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Worst New Year’s Eve Ever: A Sobering Story

The following is a true story of something that a friend of mine experienced in the early hours on New Year’s as told by him in his own words. I am grateful to know this man, Nicholas Corsalini, and grateful for his story. I acknowledge him for his honesty and vulnerability in sharing this.

I am so very tired. I cannot fall asleep again. I turn up the bass in my truck and cruise the final 4 miles on my interstate 95 trip to my doorstep. I am unknowingly on a collision path with destiny, my choices, and what it meant to be source. Long before I even knew what any of these things really meant.

I hear these loud noises buzzing by my ears. There it is again. It sounds like a siren. No that’s definitely a horn. I start to witness these red colors burning into the back of my eyelids, swirling around like a dancing watercolor painting. I crack open my eyes to realize that I am on the wrong side of the road separated by a thick 12 foot median that everyone in south Florida is accustomed to. My eyes dart up and out the windshield as I see a set of headlights directly in front of me. My heart races and the only thing I can do is close my eyes again. Nick you can avoid this, CHOOSE.

Silence. It’s a very unsettling feeling to be in the middle of a hurricane. The eye of the storm is a beautiful place to be. I have stood in a few hurricane “eyes” over my years in South Florida and this instance was eerily similar. I was alone in my head. I could tell my body hurt. I could hear glass slowly tumbling down the sides of my crumpled truck. I could smell the faint odor of gasoline and oil all around me. I open my eyes to witness my choices. When I swerved left I slammed into something. It was such a final impact it felt like a tree. I remember thinking exactly at the point of impact saying to myself, “I can’t believe you just hit a tree…”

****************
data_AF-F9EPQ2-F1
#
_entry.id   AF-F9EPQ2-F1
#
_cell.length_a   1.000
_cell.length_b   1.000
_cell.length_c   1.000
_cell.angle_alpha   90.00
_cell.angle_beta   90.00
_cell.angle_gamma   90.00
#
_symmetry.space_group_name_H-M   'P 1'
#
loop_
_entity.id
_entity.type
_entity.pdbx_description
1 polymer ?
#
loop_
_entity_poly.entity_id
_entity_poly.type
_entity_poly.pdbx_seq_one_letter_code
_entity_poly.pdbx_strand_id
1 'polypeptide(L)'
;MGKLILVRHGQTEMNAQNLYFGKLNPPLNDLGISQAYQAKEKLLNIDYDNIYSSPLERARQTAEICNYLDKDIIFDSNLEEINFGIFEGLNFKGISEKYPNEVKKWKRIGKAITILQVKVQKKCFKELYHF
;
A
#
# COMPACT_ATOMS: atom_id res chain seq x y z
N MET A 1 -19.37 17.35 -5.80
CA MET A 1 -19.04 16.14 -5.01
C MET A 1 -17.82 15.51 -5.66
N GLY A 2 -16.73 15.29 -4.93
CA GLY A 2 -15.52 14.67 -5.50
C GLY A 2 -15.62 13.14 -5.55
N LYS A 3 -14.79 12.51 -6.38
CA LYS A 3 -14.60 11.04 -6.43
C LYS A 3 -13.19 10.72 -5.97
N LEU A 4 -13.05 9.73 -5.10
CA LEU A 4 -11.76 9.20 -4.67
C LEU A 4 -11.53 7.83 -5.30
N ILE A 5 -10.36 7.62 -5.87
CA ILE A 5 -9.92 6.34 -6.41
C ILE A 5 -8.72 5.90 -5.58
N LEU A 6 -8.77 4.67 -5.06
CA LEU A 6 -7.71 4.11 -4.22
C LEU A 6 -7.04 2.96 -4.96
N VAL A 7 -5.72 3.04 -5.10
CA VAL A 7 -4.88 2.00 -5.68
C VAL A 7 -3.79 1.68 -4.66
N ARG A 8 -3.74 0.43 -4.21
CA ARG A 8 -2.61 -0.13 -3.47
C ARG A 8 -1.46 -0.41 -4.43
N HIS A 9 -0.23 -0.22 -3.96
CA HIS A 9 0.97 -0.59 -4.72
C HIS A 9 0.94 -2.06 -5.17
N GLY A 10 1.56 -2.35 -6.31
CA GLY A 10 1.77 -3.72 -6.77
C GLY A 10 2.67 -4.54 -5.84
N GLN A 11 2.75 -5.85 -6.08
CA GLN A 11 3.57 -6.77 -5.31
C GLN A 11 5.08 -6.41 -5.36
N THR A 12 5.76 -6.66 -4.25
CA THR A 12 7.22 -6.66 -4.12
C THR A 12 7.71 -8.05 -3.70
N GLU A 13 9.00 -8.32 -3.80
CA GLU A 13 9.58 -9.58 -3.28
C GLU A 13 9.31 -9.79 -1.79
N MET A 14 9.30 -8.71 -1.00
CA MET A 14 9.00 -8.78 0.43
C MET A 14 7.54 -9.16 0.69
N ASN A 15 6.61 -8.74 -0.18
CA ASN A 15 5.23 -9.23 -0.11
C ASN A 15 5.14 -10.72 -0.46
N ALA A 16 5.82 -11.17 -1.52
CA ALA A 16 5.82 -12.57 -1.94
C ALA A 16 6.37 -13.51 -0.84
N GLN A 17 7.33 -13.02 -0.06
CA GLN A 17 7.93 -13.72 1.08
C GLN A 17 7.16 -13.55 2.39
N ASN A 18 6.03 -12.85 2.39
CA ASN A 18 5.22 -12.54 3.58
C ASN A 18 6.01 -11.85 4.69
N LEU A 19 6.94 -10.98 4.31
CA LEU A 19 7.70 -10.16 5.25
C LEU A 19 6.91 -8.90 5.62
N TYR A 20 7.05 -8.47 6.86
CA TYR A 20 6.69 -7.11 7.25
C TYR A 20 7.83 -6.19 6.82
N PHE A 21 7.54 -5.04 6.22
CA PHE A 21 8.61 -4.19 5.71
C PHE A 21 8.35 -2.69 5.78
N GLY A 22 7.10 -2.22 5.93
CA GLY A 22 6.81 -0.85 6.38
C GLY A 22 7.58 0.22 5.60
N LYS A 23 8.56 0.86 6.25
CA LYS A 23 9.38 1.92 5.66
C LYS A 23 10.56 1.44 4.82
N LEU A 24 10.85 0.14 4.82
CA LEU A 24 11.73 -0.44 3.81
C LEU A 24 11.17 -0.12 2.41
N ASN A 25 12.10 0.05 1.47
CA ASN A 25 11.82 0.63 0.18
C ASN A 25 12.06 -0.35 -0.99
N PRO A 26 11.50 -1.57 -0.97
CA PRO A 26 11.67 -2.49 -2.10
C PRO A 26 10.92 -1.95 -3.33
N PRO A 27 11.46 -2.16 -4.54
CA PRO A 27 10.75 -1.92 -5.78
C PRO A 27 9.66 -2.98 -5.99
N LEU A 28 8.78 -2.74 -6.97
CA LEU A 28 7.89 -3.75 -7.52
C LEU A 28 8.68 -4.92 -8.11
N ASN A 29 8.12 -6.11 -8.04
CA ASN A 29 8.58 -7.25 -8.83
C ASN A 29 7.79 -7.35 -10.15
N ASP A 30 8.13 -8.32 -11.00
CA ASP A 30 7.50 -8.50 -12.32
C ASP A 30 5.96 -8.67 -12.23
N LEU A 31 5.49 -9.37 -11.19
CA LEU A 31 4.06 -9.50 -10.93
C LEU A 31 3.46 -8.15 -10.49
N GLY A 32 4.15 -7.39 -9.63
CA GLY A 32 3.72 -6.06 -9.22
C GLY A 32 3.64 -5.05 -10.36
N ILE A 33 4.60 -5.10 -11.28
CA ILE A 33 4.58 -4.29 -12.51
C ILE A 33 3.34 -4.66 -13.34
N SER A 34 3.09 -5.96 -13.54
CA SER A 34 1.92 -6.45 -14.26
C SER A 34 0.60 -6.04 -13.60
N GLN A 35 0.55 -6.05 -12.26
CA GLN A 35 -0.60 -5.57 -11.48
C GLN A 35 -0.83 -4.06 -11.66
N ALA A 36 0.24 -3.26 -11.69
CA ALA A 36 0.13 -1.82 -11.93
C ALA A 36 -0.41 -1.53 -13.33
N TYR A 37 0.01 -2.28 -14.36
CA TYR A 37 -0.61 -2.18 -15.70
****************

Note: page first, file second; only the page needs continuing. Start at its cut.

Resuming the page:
Everything is fuzzy when I open my eyes. It’s still early morning maybe 6 am and the street lights are still on. I am in the middle of the street and I can’t make out shapes yet. I’ve been drinking all night and I just got in an accident. I am processing these fucking choices that I just can’t seem to avoid. How can they just be one bad choice after another? I get off felony probation in a week. I was facing 5-7 years in prison. I panic and adrenaline kicks into gear and my eyes focus. Everything outside of my truck is lit in an orange luminescence from the street light directly above me.

I didn’t hit a tree. At least any tree I recognize. It looked more like a mid-90’s minivan. And there was very extensive damage to our vehicles. I look down and see that my seatbelt was harnessed around my body. The sheer wonderment that filled me at that moment could have shifted mountains. I never wore it. It was uncool, uncomfortable and I thought I never would need it because I am the best driver that was ever born.

I look at my legs and the dashboard was pushed back by the sheer force of my 59 miles per hour hitting the other drivers 45 miles per hour combining for a 104 mph collision into a brick wall. This accident was head on and there were literally millimeters between my shin bone and the engine block being pushed far enough back that I would have lost my legs. I move my arms, my torso, my neck and everything seems to be in working order.

Now as I process things my automatic in these days were to run, hide and shift accountability to everyone other than myself. So I mustered all my strength as I pulled my legs out of the collapsed cabin of my Chevy S-10 I put myself in the passenger seat and passed back out in a heap of flesh. I just went through a traumatic soul crushing crash while hitting another car and still the only thing working in my brain was my survival context.